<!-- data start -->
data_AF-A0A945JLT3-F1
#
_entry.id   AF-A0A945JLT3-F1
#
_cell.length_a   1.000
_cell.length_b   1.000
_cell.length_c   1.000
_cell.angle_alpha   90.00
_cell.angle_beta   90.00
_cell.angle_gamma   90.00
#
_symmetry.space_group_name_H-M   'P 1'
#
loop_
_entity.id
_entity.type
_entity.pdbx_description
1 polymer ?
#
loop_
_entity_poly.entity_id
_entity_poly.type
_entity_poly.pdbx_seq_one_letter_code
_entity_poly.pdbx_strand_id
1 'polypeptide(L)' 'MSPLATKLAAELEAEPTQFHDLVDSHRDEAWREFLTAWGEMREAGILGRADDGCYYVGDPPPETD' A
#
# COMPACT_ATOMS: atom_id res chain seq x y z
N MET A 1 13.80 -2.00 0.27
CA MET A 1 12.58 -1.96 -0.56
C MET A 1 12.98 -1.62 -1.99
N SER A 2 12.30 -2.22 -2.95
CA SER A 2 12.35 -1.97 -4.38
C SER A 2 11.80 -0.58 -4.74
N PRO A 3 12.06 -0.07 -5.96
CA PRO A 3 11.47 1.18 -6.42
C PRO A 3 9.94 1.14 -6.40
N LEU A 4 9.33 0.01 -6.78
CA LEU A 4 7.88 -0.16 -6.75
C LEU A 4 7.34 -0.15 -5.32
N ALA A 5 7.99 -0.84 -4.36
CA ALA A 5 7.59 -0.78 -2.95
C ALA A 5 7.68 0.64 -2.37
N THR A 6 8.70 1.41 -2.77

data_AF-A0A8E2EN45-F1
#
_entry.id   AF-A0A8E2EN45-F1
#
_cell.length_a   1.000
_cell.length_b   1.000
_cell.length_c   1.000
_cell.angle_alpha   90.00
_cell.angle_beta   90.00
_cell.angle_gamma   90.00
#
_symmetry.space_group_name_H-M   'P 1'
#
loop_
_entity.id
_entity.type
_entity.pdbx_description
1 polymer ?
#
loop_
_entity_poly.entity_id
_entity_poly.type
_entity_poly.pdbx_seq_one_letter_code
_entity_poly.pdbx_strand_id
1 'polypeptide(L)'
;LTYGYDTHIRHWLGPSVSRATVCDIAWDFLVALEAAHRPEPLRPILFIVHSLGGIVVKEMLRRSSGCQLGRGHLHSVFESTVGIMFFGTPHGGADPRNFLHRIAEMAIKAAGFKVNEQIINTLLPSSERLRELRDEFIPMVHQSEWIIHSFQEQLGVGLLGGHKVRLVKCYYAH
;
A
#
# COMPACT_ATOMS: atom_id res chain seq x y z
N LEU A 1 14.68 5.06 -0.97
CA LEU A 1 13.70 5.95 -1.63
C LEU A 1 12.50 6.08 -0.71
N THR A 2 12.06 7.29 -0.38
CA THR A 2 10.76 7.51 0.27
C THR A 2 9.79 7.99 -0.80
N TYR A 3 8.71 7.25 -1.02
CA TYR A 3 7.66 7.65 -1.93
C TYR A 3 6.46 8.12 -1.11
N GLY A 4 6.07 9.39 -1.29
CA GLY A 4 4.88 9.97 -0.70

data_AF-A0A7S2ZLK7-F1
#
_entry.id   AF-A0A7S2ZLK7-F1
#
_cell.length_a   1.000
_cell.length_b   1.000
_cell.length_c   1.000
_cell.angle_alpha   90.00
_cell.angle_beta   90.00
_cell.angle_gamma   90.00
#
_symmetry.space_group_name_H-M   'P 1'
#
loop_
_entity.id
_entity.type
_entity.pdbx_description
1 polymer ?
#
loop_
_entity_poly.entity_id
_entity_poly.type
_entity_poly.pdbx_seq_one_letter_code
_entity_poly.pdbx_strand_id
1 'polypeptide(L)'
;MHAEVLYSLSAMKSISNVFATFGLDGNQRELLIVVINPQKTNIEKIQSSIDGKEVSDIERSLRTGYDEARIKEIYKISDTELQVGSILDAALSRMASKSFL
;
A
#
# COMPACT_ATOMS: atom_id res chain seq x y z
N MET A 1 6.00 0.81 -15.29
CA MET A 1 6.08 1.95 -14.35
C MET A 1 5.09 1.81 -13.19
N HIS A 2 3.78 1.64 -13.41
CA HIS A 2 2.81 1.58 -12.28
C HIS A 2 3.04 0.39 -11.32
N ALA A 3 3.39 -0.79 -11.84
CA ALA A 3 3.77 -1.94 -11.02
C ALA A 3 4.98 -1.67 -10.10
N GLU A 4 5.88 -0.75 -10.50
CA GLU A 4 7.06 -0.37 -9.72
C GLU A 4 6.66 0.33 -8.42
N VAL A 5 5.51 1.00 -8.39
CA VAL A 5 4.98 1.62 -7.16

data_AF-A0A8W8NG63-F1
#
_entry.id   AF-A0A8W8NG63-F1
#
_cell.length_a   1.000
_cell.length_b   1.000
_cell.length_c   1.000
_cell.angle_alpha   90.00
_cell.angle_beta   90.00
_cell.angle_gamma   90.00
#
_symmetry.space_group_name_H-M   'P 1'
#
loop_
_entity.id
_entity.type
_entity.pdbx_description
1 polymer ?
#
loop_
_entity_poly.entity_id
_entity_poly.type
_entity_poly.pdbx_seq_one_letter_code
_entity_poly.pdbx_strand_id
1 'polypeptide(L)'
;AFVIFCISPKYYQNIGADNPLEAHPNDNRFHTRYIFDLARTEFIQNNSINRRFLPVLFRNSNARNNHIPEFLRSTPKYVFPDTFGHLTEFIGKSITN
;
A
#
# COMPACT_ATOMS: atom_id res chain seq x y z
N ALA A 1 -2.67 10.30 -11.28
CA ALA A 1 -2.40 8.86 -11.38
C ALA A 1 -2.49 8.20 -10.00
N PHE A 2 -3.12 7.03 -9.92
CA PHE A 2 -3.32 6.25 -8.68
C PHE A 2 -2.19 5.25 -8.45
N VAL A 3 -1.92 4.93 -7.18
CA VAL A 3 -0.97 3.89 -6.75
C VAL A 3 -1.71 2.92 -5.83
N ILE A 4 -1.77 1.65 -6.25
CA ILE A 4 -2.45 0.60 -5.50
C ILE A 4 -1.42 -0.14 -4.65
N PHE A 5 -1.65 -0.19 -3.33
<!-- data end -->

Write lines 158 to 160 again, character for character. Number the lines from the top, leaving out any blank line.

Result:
# COMPACT_ATOMS: atom_id res chain seq x y z
N ALA A 1 -2.67 10.30 -11.28
CA ALA A 1 -2.40 8.86 -11.38